Mr. Svensen This work has been published in the Teen Ink monthly print magazine.

January 4, 2012
Freshman year we feared him. Sophomore year we began to realize that our fright was more likely something called respect. By junior year, we had come to the conclusion that he might actually be more than just another authority figure. But senior year, when we finally realized how important he was to us, he was gone.

He was a teacher, a coach, a role model, and a friend. He was someone we looked up to and admired. He gave us encouragement and support and always believed in us, even when we had given up on ourselves. He was always there when we needed him, except for the one time when it meant the most. He was Mr. Paul Svensen, Scituate High School field hockey coach and history teacher, and on December 7, 1995, he passed away.

I will never forget the way my head fell on that fateful, chilling winter day. I remember sitting in my first-period history class waiting for the teacher to arrive. But when he walked into the classroom, I suddenly wished that I wasn’t there to hear what he was about to tell us. It was obvious that something was wrong. His face was flushed and his eyes were red; he looked as if he had just been shot. Time stood still as he uttered those unforgettable words, “Mr. Svensen is no longer with us. He suffered a heart attack last night and … ” I didn’t even listen to the rest of his speech. All I could hear was the phrase: Mr. Svensen is dead, Mr. Svensen is dead … running through my mind over and over. I was in complete shock. This could not be happening. My field hockey coach for three years, a man I respected and admired, was gone. It was impossible to comprehend.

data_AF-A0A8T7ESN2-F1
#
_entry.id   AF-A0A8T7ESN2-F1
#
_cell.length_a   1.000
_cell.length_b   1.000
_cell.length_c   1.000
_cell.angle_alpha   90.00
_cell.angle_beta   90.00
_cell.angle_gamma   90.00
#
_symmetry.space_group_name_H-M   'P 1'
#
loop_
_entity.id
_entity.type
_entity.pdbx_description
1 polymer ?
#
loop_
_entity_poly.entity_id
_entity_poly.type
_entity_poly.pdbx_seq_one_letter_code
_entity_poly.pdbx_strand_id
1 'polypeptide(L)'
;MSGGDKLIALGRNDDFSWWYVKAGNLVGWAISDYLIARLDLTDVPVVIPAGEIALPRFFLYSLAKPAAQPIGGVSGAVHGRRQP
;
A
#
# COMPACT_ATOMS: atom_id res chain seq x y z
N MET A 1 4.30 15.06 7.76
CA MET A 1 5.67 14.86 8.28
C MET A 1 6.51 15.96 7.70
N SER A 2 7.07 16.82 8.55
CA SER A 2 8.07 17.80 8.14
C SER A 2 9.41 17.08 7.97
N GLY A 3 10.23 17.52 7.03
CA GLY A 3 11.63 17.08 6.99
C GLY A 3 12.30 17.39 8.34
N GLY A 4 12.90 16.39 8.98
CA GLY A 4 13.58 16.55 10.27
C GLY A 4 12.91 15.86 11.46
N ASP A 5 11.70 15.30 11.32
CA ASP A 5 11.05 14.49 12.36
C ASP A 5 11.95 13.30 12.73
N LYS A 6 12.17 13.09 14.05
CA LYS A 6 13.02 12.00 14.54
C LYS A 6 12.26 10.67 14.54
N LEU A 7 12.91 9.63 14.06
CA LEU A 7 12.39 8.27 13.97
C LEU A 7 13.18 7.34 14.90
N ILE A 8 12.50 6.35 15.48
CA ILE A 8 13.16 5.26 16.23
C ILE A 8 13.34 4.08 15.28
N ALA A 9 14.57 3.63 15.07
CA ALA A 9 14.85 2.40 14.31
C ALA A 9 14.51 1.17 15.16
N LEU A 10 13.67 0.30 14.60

I ran out of the classroom to find my teammates and luckily didn’t have far to travel. Two of my fellow captains were standing at my locker, crying. I had promised myself that I would retain my composure, but this was too much. My emotions overwhelmed me and tears rolled down my eyes and splattered over the cold, hard floor. The three of us hugged and tried to console each other, but it was no use. How were we to deal with such an immense and unexpected tragedy?

It has been almost 10 months since Mr. Svensen left us, but the pain remains. He meant so much to all of us. He was an inspiration to everyone. He made you want to work hard and try your best, even if you doubted yourself. He was the first one to congratulate you on a job well done and the first to point out what you could improve. He made people want to give 110% all the time. He was a great motivator, a wonderful person and always knew how to get the best possible effort out of everyone.

One of my fondest memories occurred during my sophomore year. It was my first year as a member of the varsity field hockey team and we had just won the first game of the season. While we were stretching at the beginning of practice, Mr. Svensen walked over to me. He said calmly and confidently, “If you continue to play like that, you’ll be a league all-star someday.”

My goal this year is to fulfill my coach’s vision. He always had faith in me and I intend to live up to his expectations. I know that I may not be the most physically skilled player on the field, but mentally, I am prepared to contend with anyone. The belief that Mr. Svensen instilled in me pushes and compels me to do my best. I am inspired by his memory and I want to prove that I am capable of all that he imagined. Each day as I walk onto the field, I remember him and think, This one’s for you, Mr. Svensen. I’ll show everyone that you were right to believe in me. And I know that wherever he is, he can hear me and is looking down on me and smiling.

This work has been published in the Teen Ink monthly print magazine. This piece has been published in Teen Ink’s monthly print magazine.

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